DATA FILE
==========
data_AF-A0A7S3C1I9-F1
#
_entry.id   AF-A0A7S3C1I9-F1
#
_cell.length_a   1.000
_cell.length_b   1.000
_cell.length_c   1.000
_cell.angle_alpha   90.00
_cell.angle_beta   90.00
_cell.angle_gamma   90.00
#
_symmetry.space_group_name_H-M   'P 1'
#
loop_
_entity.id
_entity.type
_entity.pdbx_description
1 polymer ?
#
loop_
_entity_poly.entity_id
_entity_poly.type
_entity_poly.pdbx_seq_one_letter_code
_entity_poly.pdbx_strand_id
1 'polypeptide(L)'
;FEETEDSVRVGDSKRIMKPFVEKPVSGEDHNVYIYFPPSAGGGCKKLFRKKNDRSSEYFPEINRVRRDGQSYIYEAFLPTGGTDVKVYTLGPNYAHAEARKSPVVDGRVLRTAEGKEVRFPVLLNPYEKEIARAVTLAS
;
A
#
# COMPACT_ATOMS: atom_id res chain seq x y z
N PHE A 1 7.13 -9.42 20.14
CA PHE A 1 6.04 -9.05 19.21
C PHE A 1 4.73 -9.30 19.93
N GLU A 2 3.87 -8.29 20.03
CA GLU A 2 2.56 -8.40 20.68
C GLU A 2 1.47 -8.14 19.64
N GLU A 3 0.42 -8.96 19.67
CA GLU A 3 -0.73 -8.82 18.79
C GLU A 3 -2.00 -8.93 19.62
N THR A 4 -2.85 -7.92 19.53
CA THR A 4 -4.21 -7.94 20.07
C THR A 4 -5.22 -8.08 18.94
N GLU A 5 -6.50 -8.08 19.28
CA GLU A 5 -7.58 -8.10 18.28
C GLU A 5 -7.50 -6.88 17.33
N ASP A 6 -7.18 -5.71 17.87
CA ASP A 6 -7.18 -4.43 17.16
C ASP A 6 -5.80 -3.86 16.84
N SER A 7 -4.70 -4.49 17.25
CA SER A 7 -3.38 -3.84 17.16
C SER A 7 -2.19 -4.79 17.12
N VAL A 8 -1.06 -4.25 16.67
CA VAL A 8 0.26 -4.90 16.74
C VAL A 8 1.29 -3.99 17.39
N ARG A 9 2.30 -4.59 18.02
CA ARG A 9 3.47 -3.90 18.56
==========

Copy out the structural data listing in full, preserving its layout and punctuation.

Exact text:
data_AF-A0A7S3C1I9-F1
#
_entry.id   AF-A0A7S3C1I9-F1
#
_cell.length_a   1.000
_cell.length_b   1.000
_cell.length_c   1.000
_cell.angle_alpha   90.00
_cell.angle_beta   90.00
_cell.angle_gamma   90.00
#
_symmetry.space_group_name_H-M   'P 1'
#
loop_
_entity.id
_entity.type
_entity.pdbx_description
1 polymer ?
#
loop_
_entity_poly.entity_id
_entity_poly.type
_entity_poly.pdbx_seq_one_letter_code
_entity_poly.pdbx_strand_id
1 'polypeptide(L)'
;FEETEDSVRVGDSKRIMKPFVEKPVSGEDHNVYIYFPPSAGGGCKKLFRKKNDRSSEYFPEINRVRRDGQSYIYEAFLPTGGTDVKVYTLGPNYAHAEARKSPVVDGRVLRTAEGKEVRFPVLLNPYEKEIARAVTLAS
;
A
#
# COMPACT_ATOMS: atom_id res chain seq x y z
N PHE A 1 7.13 -9.42 20.14
CA PHE A 1 6.04 -9.05 19.21
C PHE A 1 4.73 -9.30 19.93
N GLU A 2 3.87 -8.29 20.03
CA GLU A 2 2.56 -8.40 20.68
C GLU A 2 1.47 -8.14 19.64
N GLU A 3 0.42 -8.96 19.67
CA GLU A 3 -0.73 -8.82 18.79
C GLU A 3 -2.00 -8.93 19.62
N THR A 4 -2.85 -7.92 19.53
CA THR A 4 -4.21 -7.94 20.07
C THR A 4 -5.22 -8.08 18.94
N GLU A 5 -6.50 -8.08 19.28
CA GLU A 5 -7.58 -8.10 18.28
C GLU A 5 -7.50 -6.88 17.33
N ASP A 6 -7.18 -5.71 17.87
CA ASP A 6 -7.18 -4.43 17.16
C ASP A 6 -5.80 -3.86 16.84
N SER A 7 -4.70 -4.49 17.25
CA SER A 7 -3.38 -3.84 17.16
C SER A 7 -2.19 -4.79 17.12
N VAL A 8 -1.06 -4.25 16.67
CA VAL A 8 0.26 -4.90 16.74
C VAL A 8 1.29 -3.99 17.39
N ARG A 9 2.30 -4.59 18.02
CA ARG A 9 3.47 -3.90 18.56